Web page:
The decision by the province to allow students to opt-out of diploma exams, but leaving the decision over final exams up to each school division is causing concern for some Alberta parents.
The Lethbridge School Division is lowering the weight of its finals to 15 per cent of a student’s final grade, but other divisions have scrapped the tests altogether.
Rebecca Ash is a parent to two students in the LSD and says keeping exams so heavily weighted hurts students applying to post-secondary institutions against those who didn’t write finals.
“The learning environment has changed so much,” Ash said. “We feel like our kids are being put at a disadvantage.”
The Westwind School Division is dropping final exams, while the Palliser and Horizon school divisions are leaving the weight of finals up to individual teachers. The Holy Spirit Catholic School Division allows its schools to adjust their final exams.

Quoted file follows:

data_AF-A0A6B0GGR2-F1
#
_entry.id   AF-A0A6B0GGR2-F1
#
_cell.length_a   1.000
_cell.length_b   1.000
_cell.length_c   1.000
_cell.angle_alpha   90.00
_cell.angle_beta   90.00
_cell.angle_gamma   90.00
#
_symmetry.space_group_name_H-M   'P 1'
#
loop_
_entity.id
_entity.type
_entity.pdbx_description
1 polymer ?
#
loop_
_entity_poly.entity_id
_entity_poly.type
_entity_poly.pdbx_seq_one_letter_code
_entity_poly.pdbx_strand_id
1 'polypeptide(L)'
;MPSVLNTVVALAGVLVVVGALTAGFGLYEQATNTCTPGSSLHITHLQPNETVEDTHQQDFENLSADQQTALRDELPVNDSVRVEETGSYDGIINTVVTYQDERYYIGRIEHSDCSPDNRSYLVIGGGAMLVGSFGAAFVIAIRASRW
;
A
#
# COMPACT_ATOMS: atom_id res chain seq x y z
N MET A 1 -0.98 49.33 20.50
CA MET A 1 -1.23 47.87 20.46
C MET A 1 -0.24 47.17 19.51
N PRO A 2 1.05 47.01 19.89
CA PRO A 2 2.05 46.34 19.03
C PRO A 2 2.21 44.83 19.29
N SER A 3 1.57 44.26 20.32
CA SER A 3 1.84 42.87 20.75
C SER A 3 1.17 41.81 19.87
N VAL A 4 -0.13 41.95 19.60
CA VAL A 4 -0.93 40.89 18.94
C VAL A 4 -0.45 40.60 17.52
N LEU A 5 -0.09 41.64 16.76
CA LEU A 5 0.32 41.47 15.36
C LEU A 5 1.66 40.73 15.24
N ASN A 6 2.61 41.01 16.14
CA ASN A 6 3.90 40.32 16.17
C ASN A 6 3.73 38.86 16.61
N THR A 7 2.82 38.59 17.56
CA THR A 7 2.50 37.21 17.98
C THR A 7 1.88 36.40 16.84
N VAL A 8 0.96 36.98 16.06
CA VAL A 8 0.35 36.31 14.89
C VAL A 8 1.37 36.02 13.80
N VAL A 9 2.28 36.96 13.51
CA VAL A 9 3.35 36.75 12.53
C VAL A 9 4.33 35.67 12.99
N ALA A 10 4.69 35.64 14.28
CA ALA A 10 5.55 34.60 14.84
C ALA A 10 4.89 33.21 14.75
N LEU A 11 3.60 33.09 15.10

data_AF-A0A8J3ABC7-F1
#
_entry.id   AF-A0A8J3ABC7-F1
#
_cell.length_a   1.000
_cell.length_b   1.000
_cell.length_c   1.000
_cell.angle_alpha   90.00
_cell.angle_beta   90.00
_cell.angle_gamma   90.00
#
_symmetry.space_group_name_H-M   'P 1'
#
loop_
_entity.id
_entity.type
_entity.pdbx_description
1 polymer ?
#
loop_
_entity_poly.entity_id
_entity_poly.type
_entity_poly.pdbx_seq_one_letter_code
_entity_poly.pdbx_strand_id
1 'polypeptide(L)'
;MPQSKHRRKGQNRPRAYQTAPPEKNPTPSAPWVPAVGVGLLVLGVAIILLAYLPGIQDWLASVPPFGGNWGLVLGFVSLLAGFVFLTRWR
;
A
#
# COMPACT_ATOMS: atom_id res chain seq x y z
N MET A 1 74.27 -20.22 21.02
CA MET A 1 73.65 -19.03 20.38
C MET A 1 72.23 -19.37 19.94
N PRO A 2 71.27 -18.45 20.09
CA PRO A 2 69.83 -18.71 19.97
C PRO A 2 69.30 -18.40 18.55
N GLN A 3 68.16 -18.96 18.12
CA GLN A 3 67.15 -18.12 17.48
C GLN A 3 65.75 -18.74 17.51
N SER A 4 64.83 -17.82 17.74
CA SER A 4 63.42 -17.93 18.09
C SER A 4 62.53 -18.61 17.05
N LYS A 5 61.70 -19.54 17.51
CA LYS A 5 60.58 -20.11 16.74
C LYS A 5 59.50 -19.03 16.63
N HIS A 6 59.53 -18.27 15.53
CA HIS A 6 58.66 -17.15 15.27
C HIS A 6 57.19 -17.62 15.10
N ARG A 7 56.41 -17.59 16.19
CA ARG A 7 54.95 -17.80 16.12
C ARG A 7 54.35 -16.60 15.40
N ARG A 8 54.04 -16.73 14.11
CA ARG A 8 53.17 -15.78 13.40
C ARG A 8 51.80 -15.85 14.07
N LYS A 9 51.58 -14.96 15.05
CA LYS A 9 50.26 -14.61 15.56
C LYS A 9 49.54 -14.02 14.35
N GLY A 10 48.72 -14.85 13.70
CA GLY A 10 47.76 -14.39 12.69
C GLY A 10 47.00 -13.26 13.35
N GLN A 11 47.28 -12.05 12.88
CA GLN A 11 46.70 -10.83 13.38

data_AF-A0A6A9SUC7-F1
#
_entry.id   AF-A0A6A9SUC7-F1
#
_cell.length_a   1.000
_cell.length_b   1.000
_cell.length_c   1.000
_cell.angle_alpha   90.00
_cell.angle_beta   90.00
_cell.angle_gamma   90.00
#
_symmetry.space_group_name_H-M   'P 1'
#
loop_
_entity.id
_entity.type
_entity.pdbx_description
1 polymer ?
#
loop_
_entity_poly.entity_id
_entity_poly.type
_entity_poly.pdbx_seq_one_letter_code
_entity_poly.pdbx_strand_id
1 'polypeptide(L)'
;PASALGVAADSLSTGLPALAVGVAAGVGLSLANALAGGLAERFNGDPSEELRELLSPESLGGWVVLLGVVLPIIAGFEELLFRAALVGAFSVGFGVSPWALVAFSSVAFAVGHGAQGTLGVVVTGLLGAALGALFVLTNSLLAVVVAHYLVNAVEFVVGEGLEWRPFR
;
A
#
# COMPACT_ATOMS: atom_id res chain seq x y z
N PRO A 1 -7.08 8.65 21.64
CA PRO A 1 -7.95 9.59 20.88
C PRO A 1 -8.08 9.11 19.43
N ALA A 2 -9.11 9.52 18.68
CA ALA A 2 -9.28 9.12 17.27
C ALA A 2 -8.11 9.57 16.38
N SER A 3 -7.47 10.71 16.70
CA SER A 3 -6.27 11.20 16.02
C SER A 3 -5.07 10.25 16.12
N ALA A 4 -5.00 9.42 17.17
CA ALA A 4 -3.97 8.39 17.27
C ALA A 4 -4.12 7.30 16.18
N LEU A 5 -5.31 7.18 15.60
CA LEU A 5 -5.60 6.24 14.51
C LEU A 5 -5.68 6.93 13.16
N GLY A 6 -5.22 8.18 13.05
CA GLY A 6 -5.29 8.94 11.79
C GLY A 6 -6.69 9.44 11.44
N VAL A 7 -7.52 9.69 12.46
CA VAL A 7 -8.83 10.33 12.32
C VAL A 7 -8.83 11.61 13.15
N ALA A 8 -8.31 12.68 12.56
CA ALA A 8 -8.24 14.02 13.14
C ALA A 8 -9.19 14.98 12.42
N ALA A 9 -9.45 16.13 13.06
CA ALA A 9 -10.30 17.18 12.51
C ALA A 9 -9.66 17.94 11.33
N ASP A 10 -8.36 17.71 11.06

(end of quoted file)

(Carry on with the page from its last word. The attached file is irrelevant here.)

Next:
In an email to Global News, Joanne Siljak, the corporate services coordinator for the Palliser School Division, said “no hard cap” has been placed on final exams.
“All staff have been asked to use their professional judgement, understanding of the learning that occurred this school year and to take into account the emotional stress students have been under over the last year,” Siljak said.
“Students learned differently this year and our assessments should reflect this.”
The Lethbridge Collegiate Institute school council is asking for a no-harm clause, which would keep students’ marks from dropping if they perform poorly on an exam.
“This isn’t new. This isn’t something we’ve been upset at this week,” Ash said. “This is something we’ve been upset at for four months.”
“Administrators have had ongoing feedback from parents and principals have engaged in conversation with staff,” a news release from the LSD sent out earlier this week said. “These feedback loops were considered as part of the final decision making.”
The division added finals are not necessarily paper and pencil timed exams, but Ash says students are already stressed without the pressure of tests.
“They’re worried about home, they’re worried about family,” Ash said. “They’re worried about friends, being teenagers — which is hard enough.”
A request for a no-harm clause is being sent to the division’s superintendent.